The following are a few projects that CCWOC has funded:Car Stories: A feature film that looks at "students dealing with the sociological effects of modernity, exploring the way students relate and the problems that can arise from differences in race, economic status and gender, all taking place in what has become today's proverbial park bench, a person's car." The authors of this project are University of Manitoba students John Titley and Mark Neufeld.
Manie Tobie: A Life On Tape, a project inspired by Manie Tobie (Marie Therese Courchaine), the famous Métis poet, teacher and radio personality, and the treasure of audiotapes of her stories, radio shows and poetry that she left her family. The authors of this project are her great grandson Sam Vint, a filmmaker, and her granddaughter Val Vint, a multi-media artist who also works as an academic counselor with the University’s Access Program. The Vints will digitize Manie Tobie’s recordings and donate them to the St. Boniface Historical Society.
Spirit Menders: Expressions of Trauma in Art Practices by Manitoba Aboriginal Women, a project that utilizes Medicine Wheel methodologies and interviews to consider the ways in which Manitoba Aboriginal women utilize and transmit art in various mediums in order to combat the political, social and cultural injustices that have been forced upon their lives, much as their colonized female art-making predecessors did. The author of this project is Leah Fontaine, a graduate student in the Department of Native Studies.
Beet: A performance project utilizing video installation, traditional Noh and Kabuki theatre techniques and contemporary physical theatre to relate the World War II era story of a Japanese man classified as an Enemy Alien and forced out of British Columbia to work on the sugar beet farms of Southern Manitoba. The project’s authors, Brenda McLean, a sessional instructor in the Theatre Department, and Kaoru Ryan Klatt, a student of Fine Arts whose great-grandfather’s experiences inspired Beet, also grapple with the issues of loss of tradition and assimilation into white culture as well as the small-scale effects of a large-scale war. To sample Beet, please click here.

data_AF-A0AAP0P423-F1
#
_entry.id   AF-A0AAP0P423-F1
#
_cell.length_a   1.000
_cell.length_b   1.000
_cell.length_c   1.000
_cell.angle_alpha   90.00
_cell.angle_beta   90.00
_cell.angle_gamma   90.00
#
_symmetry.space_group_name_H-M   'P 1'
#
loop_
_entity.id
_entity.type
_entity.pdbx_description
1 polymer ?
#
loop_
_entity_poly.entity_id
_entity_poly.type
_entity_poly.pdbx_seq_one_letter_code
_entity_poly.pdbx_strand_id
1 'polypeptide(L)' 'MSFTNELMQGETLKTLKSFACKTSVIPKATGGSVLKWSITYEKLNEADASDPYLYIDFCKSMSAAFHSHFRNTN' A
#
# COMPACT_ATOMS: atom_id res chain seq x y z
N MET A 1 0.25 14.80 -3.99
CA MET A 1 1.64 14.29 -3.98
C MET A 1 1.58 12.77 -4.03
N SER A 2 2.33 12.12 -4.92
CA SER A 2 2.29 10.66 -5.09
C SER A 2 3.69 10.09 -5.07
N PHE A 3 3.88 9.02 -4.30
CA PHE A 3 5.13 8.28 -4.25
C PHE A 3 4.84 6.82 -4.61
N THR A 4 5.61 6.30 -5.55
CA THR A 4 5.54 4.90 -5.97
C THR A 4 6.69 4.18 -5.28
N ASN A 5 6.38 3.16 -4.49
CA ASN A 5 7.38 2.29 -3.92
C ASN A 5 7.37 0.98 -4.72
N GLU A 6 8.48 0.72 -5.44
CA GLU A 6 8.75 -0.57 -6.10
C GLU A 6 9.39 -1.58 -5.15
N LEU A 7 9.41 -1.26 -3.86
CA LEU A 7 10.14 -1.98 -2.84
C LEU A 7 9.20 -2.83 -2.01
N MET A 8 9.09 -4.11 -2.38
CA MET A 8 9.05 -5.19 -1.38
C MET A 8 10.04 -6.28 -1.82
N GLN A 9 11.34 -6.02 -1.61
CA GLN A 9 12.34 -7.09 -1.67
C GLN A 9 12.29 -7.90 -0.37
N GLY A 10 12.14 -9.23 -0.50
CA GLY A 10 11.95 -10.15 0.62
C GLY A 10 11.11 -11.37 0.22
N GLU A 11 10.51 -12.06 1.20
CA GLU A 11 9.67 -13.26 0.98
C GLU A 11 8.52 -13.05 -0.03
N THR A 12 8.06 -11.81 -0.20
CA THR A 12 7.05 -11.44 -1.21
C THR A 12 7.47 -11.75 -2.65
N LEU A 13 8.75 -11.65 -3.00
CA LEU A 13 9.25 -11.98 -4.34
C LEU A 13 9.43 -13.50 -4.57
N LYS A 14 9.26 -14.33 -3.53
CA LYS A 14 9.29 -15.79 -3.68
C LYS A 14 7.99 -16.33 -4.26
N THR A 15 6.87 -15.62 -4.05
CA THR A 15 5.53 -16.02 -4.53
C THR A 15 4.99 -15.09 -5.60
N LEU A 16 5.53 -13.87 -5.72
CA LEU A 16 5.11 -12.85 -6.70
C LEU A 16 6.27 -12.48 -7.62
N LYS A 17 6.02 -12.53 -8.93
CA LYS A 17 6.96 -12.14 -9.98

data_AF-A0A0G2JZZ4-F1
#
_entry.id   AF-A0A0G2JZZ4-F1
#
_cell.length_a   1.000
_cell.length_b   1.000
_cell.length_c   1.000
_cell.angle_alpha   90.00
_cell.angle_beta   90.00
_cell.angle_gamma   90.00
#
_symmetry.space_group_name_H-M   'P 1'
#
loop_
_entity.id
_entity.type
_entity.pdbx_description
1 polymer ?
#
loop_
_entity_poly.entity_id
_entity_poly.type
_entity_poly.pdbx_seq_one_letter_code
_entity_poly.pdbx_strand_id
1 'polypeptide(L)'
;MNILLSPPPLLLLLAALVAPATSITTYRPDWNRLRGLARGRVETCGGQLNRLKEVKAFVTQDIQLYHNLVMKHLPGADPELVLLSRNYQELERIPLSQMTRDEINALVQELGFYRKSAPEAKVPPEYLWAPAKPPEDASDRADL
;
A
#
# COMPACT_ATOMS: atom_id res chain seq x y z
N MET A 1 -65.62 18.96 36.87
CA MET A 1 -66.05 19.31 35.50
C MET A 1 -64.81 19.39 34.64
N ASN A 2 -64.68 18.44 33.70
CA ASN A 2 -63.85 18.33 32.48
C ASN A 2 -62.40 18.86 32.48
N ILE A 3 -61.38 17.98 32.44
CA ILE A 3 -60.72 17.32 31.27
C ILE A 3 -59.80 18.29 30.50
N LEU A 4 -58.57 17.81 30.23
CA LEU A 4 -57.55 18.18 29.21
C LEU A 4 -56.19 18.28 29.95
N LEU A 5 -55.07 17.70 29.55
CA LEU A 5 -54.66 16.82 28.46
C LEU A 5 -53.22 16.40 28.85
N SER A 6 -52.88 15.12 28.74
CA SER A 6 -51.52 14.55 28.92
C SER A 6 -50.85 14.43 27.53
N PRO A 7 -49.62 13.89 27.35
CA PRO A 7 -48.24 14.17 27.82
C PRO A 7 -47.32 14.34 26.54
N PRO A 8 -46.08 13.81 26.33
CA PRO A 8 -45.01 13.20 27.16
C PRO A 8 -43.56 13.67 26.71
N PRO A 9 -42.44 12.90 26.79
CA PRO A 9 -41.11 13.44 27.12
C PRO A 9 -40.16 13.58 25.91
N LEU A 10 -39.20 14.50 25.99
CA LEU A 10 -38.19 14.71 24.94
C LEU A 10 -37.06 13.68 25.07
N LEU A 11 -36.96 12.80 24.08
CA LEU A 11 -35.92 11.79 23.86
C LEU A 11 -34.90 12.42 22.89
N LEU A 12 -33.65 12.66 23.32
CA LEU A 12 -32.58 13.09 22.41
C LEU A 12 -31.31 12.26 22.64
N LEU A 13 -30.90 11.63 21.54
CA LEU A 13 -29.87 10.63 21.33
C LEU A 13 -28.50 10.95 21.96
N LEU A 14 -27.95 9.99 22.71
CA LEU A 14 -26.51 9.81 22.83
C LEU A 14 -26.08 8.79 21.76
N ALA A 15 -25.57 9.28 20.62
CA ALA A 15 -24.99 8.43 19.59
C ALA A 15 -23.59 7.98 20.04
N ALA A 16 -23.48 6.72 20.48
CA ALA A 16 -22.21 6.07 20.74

Antipode/Gorilla: Performed at the 2009 Winnipeg Fringe Festival, a double-bill of new, student-written plays. Megan Andres wrote Antipode and Ken Rudderham wrote Gorilla. Both are students in the University’s Theatre Department and for this project they directed each other’s work. Professor Chris Johnson produced and supervised direction, student Matthew Lagace stage-managed, and students Tim Bandfield, Natasha Durand, Liz Madden, Christine Reinfort and Charlize Botha acted, along with alumnus Ray Strachan.